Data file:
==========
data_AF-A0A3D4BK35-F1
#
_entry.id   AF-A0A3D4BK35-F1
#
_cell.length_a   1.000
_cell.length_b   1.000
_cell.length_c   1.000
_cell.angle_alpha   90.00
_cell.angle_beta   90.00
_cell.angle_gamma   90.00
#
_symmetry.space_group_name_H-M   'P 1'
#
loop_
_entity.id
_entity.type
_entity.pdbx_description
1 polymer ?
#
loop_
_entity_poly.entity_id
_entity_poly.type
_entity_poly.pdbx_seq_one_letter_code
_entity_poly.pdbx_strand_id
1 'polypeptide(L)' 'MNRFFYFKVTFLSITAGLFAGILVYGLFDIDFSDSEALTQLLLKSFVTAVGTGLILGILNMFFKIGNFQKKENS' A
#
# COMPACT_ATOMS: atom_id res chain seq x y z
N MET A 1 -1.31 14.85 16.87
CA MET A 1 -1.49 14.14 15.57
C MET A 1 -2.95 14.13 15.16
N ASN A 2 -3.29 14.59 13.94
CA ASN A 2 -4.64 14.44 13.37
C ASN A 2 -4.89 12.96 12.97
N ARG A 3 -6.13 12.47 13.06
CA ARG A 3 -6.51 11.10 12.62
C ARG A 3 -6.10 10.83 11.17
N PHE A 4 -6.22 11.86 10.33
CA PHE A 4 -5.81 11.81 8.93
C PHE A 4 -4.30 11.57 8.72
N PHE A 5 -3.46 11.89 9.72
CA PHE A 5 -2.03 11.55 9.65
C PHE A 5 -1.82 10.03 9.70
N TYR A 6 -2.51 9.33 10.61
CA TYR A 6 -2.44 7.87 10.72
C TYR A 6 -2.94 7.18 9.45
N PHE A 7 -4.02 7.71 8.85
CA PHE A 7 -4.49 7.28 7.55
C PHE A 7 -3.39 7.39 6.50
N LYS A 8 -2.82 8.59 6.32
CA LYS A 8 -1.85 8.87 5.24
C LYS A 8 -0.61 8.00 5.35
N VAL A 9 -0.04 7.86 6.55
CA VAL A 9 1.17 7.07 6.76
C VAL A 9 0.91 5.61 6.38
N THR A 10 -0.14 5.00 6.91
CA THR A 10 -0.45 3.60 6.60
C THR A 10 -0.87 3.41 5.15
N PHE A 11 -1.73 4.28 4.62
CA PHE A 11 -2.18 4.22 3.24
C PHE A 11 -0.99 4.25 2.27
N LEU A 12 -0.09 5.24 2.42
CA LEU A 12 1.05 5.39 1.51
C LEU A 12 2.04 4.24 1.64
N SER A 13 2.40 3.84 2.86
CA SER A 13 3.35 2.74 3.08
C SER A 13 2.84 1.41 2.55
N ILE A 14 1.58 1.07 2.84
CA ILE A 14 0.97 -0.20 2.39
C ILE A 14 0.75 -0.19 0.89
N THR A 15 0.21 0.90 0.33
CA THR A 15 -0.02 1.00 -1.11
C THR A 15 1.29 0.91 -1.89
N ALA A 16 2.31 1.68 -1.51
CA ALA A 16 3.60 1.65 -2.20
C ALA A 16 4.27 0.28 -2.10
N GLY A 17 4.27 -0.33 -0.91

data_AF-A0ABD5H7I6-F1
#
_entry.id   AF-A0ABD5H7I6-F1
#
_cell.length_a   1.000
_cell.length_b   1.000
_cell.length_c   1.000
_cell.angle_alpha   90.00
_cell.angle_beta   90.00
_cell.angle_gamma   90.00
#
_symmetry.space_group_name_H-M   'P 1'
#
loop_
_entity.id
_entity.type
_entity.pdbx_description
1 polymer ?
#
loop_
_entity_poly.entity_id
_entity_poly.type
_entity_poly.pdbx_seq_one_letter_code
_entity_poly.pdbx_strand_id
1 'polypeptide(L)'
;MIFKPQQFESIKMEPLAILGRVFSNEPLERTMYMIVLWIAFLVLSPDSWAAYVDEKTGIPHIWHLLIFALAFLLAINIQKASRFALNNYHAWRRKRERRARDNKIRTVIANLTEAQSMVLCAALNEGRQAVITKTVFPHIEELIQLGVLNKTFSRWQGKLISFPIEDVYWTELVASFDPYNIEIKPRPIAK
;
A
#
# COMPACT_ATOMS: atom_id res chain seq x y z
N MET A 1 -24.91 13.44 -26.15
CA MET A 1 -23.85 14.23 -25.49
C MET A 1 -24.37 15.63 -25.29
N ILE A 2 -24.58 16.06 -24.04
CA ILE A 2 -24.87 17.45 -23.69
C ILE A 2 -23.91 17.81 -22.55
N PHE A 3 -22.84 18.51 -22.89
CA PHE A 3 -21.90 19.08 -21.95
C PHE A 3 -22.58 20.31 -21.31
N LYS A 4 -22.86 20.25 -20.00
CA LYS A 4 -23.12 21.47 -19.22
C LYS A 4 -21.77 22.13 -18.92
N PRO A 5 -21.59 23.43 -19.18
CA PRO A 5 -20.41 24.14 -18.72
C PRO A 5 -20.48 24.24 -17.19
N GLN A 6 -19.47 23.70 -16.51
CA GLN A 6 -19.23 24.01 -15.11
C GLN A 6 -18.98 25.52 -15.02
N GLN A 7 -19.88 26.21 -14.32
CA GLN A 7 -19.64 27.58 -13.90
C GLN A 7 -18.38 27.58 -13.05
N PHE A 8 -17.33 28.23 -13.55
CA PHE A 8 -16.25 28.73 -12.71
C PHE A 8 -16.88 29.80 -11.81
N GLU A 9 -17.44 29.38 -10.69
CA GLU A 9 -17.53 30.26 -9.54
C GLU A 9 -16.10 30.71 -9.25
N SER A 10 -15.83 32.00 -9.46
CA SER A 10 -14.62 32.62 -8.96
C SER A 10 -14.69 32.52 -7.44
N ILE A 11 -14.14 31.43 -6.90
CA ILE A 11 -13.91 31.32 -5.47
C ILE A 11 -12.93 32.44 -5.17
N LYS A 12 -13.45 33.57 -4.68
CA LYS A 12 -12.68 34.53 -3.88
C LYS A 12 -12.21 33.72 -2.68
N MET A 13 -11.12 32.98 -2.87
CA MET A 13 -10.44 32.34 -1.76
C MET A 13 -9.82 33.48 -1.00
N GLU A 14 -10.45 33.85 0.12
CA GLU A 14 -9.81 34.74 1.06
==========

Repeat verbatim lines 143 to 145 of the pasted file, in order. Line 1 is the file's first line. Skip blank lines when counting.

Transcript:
N MET A 13 -11.12 32.98 -2.87
CA MET A 13 -10.44 32.34 -1.76
C MET A 13 -9.82 33.48 -1.00